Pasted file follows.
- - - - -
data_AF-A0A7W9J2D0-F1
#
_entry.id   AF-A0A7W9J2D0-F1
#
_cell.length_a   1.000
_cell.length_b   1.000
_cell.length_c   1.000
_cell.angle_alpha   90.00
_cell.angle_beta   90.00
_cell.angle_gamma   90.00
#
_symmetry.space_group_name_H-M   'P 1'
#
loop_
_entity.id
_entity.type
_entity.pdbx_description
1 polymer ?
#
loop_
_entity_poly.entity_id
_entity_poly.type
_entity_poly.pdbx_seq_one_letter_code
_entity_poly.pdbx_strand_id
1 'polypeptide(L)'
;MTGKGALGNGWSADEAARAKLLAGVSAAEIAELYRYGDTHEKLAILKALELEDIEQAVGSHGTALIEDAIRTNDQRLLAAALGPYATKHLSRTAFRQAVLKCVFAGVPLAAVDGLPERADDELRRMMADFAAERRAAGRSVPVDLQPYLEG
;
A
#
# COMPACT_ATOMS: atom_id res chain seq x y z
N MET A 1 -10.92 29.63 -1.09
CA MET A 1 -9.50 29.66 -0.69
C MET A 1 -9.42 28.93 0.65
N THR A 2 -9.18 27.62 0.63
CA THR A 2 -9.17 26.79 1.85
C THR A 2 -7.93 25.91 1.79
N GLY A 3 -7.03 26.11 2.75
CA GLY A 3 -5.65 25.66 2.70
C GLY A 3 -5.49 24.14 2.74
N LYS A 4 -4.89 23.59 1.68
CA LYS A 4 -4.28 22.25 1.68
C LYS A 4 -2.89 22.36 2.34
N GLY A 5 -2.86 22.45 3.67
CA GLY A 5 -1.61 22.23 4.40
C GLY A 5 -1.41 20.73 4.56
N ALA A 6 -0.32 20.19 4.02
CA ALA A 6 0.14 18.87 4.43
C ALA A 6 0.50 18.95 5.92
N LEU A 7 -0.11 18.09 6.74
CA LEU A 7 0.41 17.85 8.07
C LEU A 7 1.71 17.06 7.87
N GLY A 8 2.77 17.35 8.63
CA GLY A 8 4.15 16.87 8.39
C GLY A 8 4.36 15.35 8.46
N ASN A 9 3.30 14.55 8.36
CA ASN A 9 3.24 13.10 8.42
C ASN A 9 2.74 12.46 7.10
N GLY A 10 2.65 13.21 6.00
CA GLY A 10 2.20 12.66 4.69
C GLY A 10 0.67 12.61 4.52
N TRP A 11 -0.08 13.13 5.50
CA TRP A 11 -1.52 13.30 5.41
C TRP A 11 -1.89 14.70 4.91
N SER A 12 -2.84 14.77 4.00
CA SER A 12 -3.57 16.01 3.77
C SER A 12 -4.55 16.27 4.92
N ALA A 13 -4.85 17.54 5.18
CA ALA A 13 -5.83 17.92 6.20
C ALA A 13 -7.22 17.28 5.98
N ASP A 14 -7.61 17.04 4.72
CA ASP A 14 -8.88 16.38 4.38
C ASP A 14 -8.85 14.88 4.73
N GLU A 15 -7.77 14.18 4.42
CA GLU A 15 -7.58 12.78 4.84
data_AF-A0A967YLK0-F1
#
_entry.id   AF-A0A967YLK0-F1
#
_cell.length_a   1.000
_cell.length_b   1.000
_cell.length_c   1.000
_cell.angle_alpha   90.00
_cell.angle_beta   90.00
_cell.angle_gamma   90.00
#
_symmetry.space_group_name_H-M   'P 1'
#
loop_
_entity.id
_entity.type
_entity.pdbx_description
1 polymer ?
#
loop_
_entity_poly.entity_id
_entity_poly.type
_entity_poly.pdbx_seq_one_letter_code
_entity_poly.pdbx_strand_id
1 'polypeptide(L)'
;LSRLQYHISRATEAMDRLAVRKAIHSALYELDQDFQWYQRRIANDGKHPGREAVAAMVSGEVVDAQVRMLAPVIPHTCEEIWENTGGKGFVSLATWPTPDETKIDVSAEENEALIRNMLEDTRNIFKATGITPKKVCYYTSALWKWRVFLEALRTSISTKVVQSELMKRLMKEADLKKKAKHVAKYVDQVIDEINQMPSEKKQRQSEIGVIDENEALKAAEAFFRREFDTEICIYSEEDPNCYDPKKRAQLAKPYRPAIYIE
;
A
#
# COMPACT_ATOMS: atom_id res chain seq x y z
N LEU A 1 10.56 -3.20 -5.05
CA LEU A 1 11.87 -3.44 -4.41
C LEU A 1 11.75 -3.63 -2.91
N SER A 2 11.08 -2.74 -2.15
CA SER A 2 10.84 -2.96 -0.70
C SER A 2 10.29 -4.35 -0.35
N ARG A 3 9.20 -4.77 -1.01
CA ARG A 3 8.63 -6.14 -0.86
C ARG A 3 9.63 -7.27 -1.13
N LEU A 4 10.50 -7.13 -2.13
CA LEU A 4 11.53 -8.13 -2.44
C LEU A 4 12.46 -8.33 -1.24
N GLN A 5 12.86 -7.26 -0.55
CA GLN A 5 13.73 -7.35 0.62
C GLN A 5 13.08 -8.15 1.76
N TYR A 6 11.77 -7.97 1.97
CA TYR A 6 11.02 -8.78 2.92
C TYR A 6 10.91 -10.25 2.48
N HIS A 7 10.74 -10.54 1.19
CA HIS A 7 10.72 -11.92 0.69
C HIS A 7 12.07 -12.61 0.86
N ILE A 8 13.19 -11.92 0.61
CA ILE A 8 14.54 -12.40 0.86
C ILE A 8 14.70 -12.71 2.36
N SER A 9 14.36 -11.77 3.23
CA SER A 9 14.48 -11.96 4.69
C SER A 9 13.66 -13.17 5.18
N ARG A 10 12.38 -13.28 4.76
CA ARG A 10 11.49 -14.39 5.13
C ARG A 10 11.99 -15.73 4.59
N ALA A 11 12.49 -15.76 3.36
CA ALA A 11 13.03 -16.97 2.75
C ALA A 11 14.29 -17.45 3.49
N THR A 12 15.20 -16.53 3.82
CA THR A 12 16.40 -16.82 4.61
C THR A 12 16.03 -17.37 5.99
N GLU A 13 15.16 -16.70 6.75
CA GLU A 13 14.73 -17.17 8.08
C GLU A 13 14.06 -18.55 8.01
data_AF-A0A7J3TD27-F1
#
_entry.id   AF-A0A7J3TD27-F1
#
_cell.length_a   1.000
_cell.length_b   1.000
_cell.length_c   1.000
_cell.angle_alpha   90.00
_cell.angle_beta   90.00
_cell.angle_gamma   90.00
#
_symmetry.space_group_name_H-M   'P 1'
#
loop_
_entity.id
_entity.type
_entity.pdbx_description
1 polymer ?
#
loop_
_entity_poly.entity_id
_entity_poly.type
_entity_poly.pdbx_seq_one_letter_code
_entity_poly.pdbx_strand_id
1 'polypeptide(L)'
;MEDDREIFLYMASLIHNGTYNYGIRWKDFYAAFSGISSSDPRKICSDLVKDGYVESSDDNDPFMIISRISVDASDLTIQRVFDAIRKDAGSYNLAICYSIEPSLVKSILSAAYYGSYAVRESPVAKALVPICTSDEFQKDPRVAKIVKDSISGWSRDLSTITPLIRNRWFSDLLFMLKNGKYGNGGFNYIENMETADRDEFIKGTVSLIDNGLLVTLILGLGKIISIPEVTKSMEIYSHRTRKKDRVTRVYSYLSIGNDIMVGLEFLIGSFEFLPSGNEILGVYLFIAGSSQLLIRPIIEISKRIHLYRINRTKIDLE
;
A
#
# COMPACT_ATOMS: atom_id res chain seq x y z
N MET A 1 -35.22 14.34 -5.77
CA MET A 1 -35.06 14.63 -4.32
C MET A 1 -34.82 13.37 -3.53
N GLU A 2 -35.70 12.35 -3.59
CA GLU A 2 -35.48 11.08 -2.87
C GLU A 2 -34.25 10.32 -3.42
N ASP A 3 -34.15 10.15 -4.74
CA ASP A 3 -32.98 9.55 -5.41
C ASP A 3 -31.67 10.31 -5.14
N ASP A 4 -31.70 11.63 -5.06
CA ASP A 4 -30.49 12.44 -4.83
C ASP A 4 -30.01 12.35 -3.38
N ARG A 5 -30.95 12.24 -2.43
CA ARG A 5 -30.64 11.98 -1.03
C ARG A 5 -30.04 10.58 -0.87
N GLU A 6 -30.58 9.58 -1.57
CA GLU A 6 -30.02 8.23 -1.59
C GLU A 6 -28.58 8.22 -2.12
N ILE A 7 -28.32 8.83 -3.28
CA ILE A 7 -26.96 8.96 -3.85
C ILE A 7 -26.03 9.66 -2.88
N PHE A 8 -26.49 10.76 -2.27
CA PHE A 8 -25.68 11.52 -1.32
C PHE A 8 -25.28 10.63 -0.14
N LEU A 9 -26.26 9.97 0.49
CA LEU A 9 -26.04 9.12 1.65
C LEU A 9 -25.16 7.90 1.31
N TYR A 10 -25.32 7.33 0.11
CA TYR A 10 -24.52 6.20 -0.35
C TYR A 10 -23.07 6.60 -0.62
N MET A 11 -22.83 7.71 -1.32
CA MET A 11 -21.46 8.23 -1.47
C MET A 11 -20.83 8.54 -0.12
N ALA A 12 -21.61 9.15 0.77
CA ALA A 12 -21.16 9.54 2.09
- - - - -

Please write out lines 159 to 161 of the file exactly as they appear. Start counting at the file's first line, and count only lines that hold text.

_entity.type
_entity.pdbx_description
1 polymer ?